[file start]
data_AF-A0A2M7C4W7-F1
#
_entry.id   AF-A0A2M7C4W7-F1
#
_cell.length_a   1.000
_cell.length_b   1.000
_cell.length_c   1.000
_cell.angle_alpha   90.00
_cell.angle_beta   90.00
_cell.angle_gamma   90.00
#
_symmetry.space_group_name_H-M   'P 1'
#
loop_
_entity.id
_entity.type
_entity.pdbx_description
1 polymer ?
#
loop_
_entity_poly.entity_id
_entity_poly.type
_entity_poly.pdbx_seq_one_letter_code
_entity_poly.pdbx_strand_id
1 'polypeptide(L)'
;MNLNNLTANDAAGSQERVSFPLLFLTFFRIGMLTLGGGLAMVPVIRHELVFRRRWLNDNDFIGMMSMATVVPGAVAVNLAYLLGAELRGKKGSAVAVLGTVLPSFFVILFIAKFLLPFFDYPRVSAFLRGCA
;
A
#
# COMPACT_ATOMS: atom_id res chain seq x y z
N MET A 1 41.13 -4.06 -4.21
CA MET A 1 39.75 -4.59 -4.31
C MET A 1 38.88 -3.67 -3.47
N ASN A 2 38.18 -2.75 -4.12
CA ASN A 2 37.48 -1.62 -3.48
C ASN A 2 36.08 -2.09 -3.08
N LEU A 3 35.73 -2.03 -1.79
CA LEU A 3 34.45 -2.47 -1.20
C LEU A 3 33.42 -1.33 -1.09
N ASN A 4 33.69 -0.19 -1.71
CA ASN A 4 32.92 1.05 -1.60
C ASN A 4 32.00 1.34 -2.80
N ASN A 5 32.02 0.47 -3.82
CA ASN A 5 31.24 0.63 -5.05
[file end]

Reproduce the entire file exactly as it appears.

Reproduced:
data_AF-A0A2M7C4W7-F1
#
_entry.id   AF-A0A2M7C4W7-F1
#
_cell.length_a   1.000
_cell.length_b   1.000
_cell.length_c   1.000
_cell.angle_alpha   90.00
_cell.angle_beta   90.00
_cell.angle_gamma   90.00
#
_symmetry.space_group_name_H-M   'P 1'
#
loop_
_entity.id
_entity.type
_entity.pdbx_description
1 polymer ?
#
loop_
_entity_poly.entity_id
_entity_poly.type
_entity_poly.pdbx_seq_one_letter_code
_entity_poly.pdbx_strand_id
1 'polypeptide(L)'
;MNLNNLTANDAAGSQERVSFPLLFLTFFRIGMLTLGGGLAMVPVIRHELVFRRRWLNDNDFIGMMSMATVVPGAVAVNLAYLLGAELRGKKGSAVAVLGTVLPSFFVILFIAKFLLPFFDYPRVSAFLRGCA
;
A
#
# COMPACT_ATOMS: atom_id res chain seq x y z
N MET A 1 41.13 -4.06 -4.21
CA MET A 1 39.75 -4.59 -4.31
C MET A 1 38.88 -3.67 -3.47
N ASN A 2 38.18 -2.75 -4.12
CA ASN A 2 37.48 -1.62 -3.48
C ASN A 2 36.08 -2.09 -3.08
N LEU A 3 35.73 -2.03 -1.79
CA LEU A 3 34.45 -2.47 -1.20
C LEU A 3 33.42 -1.33 -1.09
N ASN A 4 33.69 -0.19 -1.71
CA ASN A 4 32.92 1.05 -1.60
C ASN A 4 32.00 1.34 -2.80
N ASN A 5 32.02 0.47 -3.82
CA ASN A 5 31.24 0.63 -5.05